Remember that the value is stored in the password: $2a$(2 chars work)$(22 chars salt)(31 chars hash). It is not a fixed value.
If you find the load is too high, just make it so the next time they log in, you crypt to something faster to compute. Similarly, as time goes on and you get better servers, if load isn't an issue, you can upgrade the strength of their hash when they log in.
The trick is to keep it taking roughly the same amount of time forever into the future along with Moore's Law. The number is log2, so every time computers double in speed, add 1 to the default number.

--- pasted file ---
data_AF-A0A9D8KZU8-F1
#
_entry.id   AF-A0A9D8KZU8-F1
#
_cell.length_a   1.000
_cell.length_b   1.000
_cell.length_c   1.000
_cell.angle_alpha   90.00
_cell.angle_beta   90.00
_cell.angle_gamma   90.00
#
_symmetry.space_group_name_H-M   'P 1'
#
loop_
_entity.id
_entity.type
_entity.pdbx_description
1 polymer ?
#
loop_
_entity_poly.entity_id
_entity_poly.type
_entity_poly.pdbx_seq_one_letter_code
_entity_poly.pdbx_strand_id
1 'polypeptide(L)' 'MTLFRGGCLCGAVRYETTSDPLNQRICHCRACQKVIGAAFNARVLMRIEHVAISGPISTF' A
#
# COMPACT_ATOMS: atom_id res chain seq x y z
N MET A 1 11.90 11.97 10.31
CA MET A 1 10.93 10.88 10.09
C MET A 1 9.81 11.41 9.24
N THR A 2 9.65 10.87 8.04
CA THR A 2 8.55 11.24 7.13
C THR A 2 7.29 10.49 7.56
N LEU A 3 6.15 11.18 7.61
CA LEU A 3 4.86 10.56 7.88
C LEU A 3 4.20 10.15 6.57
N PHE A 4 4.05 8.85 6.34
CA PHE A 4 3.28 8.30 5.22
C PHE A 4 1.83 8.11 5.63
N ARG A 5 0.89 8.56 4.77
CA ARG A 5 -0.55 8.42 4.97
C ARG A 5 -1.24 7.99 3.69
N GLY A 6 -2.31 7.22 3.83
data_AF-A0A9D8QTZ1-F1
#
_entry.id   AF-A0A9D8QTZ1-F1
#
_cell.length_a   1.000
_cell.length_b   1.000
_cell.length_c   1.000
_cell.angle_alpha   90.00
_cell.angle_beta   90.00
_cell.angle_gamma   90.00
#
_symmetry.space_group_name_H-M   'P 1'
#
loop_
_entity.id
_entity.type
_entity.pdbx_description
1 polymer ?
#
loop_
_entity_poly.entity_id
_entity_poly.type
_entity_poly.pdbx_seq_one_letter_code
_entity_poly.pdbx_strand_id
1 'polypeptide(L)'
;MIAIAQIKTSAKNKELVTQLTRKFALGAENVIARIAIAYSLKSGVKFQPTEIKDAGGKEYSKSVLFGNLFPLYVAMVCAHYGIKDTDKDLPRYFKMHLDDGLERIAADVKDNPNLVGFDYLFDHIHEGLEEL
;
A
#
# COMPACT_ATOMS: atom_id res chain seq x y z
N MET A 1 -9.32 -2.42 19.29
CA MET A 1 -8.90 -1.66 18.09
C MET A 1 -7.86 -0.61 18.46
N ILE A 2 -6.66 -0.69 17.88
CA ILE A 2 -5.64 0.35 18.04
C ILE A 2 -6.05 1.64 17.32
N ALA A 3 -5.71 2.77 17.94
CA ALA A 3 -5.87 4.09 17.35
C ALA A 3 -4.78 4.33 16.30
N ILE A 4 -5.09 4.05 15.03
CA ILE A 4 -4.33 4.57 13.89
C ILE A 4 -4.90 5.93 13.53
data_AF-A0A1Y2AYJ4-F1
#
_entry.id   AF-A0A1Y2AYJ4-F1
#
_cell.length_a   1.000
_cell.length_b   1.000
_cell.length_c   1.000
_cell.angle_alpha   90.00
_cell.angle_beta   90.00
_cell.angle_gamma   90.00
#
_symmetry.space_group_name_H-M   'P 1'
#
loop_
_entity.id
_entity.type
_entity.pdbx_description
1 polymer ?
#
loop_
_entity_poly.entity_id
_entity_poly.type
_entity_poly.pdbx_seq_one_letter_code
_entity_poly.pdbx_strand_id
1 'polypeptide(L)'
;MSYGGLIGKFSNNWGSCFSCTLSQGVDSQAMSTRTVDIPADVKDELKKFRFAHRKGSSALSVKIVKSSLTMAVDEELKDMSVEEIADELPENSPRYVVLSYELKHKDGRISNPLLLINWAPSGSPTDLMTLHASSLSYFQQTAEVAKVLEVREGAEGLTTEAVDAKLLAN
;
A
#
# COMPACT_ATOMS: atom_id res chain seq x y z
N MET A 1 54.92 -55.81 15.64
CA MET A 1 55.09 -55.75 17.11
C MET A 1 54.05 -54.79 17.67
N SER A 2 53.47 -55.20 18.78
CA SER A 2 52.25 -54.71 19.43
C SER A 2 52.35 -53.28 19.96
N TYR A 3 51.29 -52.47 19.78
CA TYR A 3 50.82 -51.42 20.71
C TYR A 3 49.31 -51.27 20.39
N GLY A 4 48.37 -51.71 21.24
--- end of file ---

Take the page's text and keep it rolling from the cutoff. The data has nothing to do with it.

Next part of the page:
Decide how long you want it to take to brute force a user's password. For some common dictionary word, for instance, your account creation probably already warned them their password was weak. If it's one of 1000 common words, say, and it takes an attacker 0.1s to test each, that buys them 100s (well, some words are more common...). If a user chose 'common dictionary word' + 2 numbers, that's over two hours. If your password database is compromised, and the attacker can only get a few hundred passwords a day, you've bought most of your users hours or days to safely change their passwords. It's a matter of buying them time.
http://www.postgresql.org/docs/8.3/static/pgcrypto.html has some times for cracking passwords for you to consider. Of course, the passwords they list there are random letters. Dictionary words... Practically speaking you can't save the guy whose password is 12345.